Dismissing Employees for Performance Issues

Dismissing employees is not a task enjoyed by anyone, and because Managers don’t have to do them on a frequent basis, they are often not handled correctly. Former employees and their network of friends are future potential customers, so it’s important that employees be treated with dignity and speak well of the company once they leave.

If performance issues have been handled appropriately, most dismissals should not come as a surprise to the employee. They will have had a verbal discussion with their supervisor about their performance and an improvement plan put in place with timelines. And, if there is no improvement during the stated period of time, then the employee will have received a written warning that their job is in jeopardy.

To ensure you handle the dismissal effectively, make sure you plan the meeting and are prepared. This includes:

  1. Wherever possible, terminate an employee mid-week and at a time of day when there is minimal traffic in the office. Be sure to use a private office and have Kleenex handy in the event they get emotional.
  2. Tell the employee the purpose of the meeting, but do not get into a detailed discussion where you may have to defend your position. Simply state, “due to your inability to meet the position’s performance standards, we are terminating your employment with ABC Company effective immediately.”
  3. Provide the employee with their dismissal letter and advise them that all of the details of their dismissal are provided in the letter such as applicable severance pay, vacation pay, continuation of health and life insurance benefits, compensation for sick and vacation time, RRSP’s, pension plan, etc. Tell them how they will receive their final pay, and Record of Employment, and be prepared to answer questions regarding how the company will handle references. Advise the employee that they don’t have to read the letter now. Rather, they should review it at home and return a signed copy by the date stated. These letters should be a standard template that has been reviewed by a lawyer to ensure it meets all legal and legislative requirements.
  4. Collect any company property such as office keys, laptops, parking pass, security access card, long distance calling cards, company credit cards, computer passwords, etc. Also, advise the employee when they can return to collect any personal belongings they may have, which is usually done after hours with two people present.
  5. Tell the employee that you wish them luck and are confident they will find a position that is better suited to their abilities. Be sure to shake their hand and allow them to leave the premises.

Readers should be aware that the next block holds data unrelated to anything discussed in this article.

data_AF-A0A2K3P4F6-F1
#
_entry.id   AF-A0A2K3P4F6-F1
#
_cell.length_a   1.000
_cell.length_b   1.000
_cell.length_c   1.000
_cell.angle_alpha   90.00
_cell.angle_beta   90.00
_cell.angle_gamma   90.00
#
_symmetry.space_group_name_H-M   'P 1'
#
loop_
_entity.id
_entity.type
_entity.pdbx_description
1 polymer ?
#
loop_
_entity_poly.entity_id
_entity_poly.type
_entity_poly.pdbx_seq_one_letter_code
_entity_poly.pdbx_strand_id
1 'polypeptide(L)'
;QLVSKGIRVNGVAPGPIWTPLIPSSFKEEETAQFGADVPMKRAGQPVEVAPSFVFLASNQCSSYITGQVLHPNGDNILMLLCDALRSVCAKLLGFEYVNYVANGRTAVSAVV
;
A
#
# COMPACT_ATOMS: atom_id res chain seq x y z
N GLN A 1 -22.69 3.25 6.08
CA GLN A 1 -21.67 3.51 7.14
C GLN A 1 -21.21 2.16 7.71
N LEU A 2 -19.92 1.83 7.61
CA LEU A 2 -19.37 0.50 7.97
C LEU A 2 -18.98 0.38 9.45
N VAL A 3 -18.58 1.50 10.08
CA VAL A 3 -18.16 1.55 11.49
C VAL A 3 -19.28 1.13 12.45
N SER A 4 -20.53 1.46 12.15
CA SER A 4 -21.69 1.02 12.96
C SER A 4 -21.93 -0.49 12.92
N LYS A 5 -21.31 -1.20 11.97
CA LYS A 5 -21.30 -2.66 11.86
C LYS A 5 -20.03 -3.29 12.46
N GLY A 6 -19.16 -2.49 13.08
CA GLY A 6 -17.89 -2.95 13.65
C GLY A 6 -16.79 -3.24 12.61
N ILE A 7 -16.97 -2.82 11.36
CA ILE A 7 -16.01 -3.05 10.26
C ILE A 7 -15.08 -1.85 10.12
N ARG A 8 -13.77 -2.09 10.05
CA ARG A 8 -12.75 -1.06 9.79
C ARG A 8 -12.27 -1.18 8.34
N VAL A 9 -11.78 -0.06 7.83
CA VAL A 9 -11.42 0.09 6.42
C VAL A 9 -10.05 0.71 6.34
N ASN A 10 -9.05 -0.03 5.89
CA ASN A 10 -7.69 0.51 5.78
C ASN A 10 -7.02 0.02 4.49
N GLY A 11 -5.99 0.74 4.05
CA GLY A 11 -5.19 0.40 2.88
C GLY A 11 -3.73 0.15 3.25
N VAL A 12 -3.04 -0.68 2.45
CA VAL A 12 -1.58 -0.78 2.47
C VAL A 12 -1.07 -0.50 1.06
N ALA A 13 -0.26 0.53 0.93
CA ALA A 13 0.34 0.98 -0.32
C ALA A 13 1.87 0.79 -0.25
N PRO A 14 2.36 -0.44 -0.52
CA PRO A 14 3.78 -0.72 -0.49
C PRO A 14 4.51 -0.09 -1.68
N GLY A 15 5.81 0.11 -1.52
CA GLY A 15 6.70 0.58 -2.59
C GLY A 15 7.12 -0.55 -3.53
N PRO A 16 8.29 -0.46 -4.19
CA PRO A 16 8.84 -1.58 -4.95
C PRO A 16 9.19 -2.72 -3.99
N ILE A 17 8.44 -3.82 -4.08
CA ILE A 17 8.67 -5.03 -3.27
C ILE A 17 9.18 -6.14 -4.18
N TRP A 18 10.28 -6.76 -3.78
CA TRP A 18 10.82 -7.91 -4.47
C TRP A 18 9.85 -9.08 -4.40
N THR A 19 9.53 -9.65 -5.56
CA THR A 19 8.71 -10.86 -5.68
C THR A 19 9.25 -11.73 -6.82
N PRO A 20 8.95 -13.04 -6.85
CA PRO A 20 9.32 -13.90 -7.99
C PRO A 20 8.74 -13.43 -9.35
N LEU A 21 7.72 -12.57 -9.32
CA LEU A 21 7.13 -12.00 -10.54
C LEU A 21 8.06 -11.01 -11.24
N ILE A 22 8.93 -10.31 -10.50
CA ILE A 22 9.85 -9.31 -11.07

Co-workers should be advised immediately that the employee is no longer with the company. A plan should be in place and communicated to staff on how to handle any incoming calls the employee might receive, who will perform the employee’s work until a replacement candidate is hired, how customers will be informed, etc.

The best way to ensure a successful employee termination, besides the steps above is to ensure you have a solid progressive discipline policy. I have provided below a sample progressive discipline policy you can follow.

Sample Progressive Discipline Policy

Preceding termination the following progressive discipline actions should be performed given the nature of the offense (serious offenses such as physical or sexual assault and/or theft will have zero tolerance).

1. Verbal Warning

  • Employee will be given a verbal warning regarding the undesirable behavior or action.
  • Employee will be given an explanation of when and how the behavior or action took place. This will include the reason as to why the behavior or action was unacceptable
  • Employee will be given an opportunity to explain the situation and their actions. This should be his/her opportunity to give their side of the story.
  • Employee will be given a description the desirable and/or acceptable behavior or actions.
  • Employee will be informed that further disciplinary action, up to and including termination, will follow if unacceptable behavior continues.
  • Employee will be explained that the incident will not go into their file, but that it will be taken note of in order to follow up on possible further disciplinary incidents.